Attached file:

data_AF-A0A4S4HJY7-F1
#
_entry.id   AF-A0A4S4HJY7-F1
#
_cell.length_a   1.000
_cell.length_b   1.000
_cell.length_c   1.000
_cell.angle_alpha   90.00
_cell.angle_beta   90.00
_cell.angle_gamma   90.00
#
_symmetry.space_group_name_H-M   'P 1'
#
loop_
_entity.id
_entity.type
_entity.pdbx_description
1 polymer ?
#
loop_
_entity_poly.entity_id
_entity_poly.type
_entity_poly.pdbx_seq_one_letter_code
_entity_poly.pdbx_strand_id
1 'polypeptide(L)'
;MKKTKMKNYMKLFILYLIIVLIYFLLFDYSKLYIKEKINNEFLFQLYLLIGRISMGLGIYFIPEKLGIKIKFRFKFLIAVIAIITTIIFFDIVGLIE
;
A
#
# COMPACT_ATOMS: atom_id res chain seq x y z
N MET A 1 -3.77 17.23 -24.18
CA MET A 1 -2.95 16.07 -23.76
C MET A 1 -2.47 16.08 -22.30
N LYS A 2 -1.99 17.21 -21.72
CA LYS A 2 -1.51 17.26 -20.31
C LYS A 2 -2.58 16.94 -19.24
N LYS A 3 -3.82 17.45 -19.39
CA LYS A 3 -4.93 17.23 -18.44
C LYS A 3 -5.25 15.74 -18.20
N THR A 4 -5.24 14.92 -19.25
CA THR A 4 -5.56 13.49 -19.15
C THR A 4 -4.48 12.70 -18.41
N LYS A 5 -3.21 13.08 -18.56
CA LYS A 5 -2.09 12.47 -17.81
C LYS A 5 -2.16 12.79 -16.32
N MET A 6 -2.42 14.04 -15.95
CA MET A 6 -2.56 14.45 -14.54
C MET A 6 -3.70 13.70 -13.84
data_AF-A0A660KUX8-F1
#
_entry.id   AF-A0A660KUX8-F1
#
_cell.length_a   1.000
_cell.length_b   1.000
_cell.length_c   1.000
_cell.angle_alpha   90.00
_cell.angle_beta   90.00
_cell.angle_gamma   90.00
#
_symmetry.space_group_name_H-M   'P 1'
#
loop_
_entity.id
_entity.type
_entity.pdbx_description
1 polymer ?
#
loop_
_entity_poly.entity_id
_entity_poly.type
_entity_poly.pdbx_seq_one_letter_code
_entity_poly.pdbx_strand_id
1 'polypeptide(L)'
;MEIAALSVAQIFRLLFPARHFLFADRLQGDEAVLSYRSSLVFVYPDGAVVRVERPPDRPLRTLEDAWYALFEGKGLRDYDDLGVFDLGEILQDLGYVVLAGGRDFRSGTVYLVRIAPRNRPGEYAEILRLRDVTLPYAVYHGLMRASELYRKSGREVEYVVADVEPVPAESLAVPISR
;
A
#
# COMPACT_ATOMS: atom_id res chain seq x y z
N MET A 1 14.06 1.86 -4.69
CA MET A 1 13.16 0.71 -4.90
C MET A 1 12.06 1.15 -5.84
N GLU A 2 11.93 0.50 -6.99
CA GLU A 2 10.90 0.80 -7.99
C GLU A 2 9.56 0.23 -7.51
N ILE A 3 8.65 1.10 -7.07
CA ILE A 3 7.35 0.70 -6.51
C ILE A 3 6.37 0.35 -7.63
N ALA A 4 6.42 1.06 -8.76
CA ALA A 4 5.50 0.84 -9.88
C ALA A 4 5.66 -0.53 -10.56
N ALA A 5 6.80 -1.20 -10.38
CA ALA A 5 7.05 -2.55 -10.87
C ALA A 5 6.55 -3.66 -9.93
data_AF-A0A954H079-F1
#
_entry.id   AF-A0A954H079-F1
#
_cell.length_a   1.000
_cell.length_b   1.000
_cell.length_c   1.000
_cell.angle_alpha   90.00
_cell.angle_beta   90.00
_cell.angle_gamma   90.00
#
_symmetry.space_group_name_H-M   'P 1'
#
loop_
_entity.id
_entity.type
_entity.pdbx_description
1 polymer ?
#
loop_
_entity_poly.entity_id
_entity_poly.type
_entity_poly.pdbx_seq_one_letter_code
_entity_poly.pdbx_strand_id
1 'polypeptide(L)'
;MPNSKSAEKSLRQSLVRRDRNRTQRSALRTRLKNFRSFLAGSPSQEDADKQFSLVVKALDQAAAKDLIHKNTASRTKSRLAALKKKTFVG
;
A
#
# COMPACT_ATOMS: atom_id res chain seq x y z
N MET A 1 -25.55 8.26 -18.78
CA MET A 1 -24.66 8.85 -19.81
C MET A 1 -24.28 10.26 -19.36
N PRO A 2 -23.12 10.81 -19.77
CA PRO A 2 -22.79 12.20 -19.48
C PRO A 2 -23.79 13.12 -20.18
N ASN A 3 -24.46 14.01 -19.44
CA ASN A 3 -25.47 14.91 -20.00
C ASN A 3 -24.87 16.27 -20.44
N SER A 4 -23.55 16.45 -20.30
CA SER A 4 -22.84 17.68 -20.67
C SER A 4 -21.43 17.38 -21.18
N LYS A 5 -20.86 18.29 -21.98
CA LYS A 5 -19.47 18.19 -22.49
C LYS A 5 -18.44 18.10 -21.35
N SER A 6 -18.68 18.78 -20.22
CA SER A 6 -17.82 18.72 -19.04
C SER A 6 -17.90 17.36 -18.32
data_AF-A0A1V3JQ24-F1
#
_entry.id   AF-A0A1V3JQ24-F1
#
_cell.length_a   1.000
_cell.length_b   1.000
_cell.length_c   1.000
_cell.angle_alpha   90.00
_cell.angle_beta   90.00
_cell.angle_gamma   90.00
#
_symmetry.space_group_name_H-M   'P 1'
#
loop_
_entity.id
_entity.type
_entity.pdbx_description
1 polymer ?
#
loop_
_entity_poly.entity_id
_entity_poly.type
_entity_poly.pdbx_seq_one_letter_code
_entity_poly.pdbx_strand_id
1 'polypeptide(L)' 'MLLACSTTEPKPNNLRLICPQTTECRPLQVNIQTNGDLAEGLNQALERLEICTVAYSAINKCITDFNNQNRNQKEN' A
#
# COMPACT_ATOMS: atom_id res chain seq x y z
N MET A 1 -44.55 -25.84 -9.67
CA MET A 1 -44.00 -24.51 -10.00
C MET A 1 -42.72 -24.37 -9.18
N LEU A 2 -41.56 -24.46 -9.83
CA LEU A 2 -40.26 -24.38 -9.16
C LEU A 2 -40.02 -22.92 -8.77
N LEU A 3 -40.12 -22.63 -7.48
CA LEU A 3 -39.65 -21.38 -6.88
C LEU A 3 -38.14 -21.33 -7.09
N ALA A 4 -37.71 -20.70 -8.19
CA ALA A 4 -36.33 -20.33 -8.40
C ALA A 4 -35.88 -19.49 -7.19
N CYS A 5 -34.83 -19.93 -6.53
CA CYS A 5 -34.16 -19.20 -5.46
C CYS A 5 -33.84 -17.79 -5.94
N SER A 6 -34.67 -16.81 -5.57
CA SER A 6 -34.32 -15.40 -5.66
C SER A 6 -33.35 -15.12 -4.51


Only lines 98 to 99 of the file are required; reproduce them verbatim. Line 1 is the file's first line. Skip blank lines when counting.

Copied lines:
_cell.length_a   1.000
_cell.length_b   1.000